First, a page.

• Adult Compatibility: Good, thanks to appealing Reaser (the Twilight movies) and Thomas (whose 35 year film career includes making E.T. as a child).
  • Critic's rating: 7/10

Released: October 13

Hollywood action drama based on Dan Brown's novel. Professor Robert Langdon (Tom Hanks) is on the run in Italy with a British doctor (Felicity Jones). Pursued by assassins, the pair searches art museums to locate a deadly virus hidden by a crazed billionaire (Ben Foster). Directed by Ron Howard who also made the Langdon adventures The Da Vinci Code and Angels & Demons.

  • Language: Seven swear words.
  • Romance: Kisses.
  • Violence: Stabbings, blows, falls, fires, shootings, deaths.
  • Ages: 3 – 6: Mamma mia, no!
  • 7 – 12: The plot is James Bond-lite but violent, medieval-inspired images are too much for all but mature tweens.
  • 13-plus: This big budget Ron Howard production delivers glossy visuals and globe-trotting action but its plot is creaky and familiar. Langdon's habit of running (literally) about with age-inappropriate female companions feels equally tired. Fans of the novel are griping on social media about plot changes. Pluses? Likable Hanks (as always), and occasional moments of real suspense.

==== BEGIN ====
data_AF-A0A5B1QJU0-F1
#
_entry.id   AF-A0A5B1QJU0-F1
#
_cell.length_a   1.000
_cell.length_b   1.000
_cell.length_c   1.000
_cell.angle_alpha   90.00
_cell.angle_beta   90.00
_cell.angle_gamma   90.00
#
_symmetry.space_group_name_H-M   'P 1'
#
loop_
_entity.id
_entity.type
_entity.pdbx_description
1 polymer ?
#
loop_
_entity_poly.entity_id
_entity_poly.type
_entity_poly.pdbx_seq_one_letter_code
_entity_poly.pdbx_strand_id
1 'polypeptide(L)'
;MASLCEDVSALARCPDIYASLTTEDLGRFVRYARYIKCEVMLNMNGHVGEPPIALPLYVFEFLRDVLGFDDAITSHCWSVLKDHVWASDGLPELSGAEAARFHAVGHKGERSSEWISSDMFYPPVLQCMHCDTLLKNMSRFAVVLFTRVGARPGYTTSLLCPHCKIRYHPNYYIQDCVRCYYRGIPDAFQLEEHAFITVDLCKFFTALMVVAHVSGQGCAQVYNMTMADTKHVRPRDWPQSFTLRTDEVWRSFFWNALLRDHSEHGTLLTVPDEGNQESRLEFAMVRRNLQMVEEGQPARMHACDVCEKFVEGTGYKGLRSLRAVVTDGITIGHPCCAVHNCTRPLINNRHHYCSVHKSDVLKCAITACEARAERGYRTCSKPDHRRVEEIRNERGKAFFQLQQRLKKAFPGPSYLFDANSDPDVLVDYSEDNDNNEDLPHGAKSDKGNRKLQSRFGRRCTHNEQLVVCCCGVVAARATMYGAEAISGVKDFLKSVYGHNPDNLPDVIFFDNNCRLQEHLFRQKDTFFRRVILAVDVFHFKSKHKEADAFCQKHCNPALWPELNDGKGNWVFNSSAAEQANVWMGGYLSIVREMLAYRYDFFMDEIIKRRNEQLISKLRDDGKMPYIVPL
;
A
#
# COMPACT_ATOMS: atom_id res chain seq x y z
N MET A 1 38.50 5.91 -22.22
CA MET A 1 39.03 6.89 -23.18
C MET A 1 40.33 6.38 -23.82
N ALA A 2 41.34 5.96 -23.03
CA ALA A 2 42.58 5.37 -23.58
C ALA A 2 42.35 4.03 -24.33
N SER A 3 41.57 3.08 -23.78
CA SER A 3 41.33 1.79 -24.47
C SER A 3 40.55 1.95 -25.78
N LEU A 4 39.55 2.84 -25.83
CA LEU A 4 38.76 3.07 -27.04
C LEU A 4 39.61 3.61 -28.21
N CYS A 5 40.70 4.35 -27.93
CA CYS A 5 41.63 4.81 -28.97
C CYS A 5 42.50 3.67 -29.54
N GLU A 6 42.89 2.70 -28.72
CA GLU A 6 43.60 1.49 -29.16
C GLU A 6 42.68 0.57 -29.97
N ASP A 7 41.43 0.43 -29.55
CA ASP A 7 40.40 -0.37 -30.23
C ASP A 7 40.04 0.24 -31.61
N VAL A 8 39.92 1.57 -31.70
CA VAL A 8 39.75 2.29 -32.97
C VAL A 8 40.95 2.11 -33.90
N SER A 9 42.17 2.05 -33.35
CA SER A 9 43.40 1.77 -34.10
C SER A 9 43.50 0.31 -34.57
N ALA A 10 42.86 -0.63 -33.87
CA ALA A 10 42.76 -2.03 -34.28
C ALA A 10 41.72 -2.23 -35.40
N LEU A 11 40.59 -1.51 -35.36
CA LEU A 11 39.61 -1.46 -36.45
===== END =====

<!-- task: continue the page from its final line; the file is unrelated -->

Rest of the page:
• Adult Compatibility: More puzzle, please, and less chasing. Pity those tender scenes with Borgen television star Sidse Babett Knudsen arrive too late to help; she and Hanks are terrific together. Da Vinci Code music riffs are atmospheric but still can't make this film as involving as its prequel.
  • Critic's rating: 5/10

Released: October 20

Australian teenage friendship drama. On the last day of high school, suburban lad Corey (Toby Wallace) is bored by the usual pranks with his skateboarding friends. He meets up with Jonah (Gulliver McGrath), a former best friend from primary school, and Romany (Mitzi Ruhlmann) who wants to get out of Australia as much as Corey does. But what starts as light-hearted Halloween partying spins out of control. Produced by Mushroom Records.

  • Language: 41 swear words 
  • Romance: Kisses, explicit sexual references, bedroom scenes.
  • Violence: Punches, threats, death themes. Bullying themes.